Sexualization is changing the way we think about romantic love. According to recent research, young people are increasingly confronted by narrowing ideals of sexual attractiveness making romantic intimacy increasingly difficult forcing a choice between ‘raunch or romance’. This article investigates the alleged distinction between romance and sexualization, in the process challenging claims that the current crisis of sexualization is a product of societal change in late modernity. Responding to a call to consider sexualization from a hitherto neglected historical perspective, the paper employs critical discourse analysis to identify the formation of gendered meanings and practices in How the Good Wife Taught Her Daughter, a late medieval advice text for young women, and twenty-first-century advice from the MyBliss website. Focusing on sexualized clothing, contact with others, reputation and social status, the paper argues that in both medieval and modern advice, discourses of romantic love and sexualization are mutually dependent. In addition, similarities between medieval and modern advice reveal that our current sexualization crisis is not solely a product of modern life, but is part of a longer pattern of gender normativity and inequality.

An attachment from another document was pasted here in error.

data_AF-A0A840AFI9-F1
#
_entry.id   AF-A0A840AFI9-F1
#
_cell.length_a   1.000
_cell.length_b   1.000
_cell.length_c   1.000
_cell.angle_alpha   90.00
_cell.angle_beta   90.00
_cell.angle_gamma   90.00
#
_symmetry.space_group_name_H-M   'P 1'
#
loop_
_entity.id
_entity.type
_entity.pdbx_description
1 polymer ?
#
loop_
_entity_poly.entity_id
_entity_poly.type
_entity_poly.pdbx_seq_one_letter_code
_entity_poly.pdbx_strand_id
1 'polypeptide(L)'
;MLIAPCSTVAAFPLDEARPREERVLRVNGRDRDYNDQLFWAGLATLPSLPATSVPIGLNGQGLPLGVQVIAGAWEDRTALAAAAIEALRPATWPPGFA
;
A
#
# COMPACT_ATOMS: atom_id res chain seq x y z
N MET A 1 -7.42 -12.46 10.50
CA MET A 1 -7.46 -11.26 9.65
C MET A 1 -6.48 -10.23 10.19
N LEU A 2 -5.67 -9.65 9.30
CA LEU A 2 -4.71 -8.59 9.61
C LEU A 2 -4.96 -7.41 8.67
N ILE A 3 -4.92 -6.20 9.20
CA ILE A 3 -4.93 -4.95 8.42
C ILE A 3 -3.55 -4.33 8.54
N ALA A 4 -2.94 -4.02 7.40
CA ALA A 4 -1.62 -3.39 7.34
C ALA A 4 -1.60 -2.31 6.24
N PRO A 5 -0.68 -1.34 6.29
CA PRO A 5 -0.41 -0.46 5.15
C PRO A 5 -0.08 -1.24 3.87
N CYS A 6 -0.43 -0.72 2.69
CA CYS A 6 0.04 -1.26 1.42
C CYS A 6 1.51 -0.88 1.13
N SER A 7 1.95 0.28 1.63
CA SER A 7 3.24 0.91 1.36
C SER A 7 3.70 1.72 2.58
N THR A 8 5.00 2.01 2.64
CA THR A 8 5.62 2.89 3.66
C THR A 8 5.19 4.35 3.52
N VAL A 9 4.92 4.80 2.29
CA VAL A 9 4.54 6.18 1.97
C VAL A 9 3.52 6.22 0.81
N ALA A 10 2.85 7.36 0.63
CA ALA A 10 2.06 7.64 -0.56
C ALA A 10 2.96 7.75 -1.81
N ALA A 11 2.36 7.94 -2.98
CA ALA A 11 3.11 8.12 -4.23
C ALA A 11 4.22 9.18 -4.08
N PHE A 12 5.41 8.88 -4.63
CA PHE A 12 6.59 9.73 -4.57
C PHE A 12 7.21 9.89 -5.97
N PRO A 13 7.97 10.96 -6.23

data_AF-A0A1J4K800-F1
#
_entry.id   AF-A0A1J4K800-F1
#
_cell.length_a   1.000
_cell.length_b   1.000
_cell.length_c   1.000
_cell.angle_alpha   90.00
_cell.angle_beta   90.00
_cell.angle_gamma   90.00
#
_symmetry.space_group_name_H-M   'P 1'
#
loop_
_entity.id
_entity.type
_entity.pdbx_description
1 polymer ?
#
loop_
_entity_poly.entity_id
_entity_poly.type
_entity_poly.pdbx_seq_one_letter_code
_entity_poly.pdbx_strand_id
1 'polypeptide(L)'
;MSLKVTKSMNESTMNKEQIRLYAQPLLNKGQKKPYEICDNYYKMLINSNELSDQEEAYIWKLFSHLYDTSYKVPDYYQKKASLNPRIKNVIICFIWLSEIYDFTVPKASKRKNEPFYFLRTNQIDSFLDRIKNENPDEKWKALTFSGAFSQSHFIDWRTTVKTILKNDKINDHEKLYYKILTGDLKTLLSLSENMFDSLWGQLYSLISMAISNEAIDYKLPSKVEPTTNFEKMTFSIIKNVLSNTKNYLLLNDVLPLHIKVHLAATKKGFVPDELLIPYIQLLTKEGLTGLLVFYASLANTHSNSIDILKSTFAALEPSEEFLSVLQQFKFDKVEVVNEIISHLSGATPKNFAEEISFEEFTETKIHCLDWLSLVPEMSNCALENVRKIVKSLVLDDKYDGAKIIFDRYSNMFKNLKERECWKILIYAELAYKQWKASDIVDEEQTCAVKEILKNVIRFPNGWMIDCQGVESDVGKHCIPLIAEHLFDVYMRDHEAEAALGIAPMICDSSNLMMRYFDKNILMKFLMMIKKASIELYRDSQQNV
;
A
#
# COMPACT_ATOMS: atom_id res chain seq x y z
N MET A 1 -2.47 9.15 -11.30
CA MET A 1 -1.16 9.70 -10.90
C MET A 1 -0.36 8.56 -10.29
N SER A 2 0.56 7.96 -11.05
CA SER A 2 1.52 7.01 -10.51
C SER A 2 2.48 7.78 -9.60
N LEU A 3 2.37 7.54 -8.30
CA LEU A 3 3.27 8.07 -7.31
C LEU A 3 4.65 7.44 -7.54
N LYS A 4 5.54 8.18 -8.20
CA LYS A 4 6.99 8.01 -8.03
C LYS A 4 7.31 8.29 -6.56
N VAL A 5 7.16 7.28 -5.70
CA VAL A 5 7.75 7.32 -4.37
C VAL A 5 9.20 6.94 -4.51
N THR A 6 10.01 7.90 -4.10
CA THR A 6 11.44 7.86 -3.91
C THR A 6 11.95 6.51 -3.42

- romantic love
- critical discourse analysis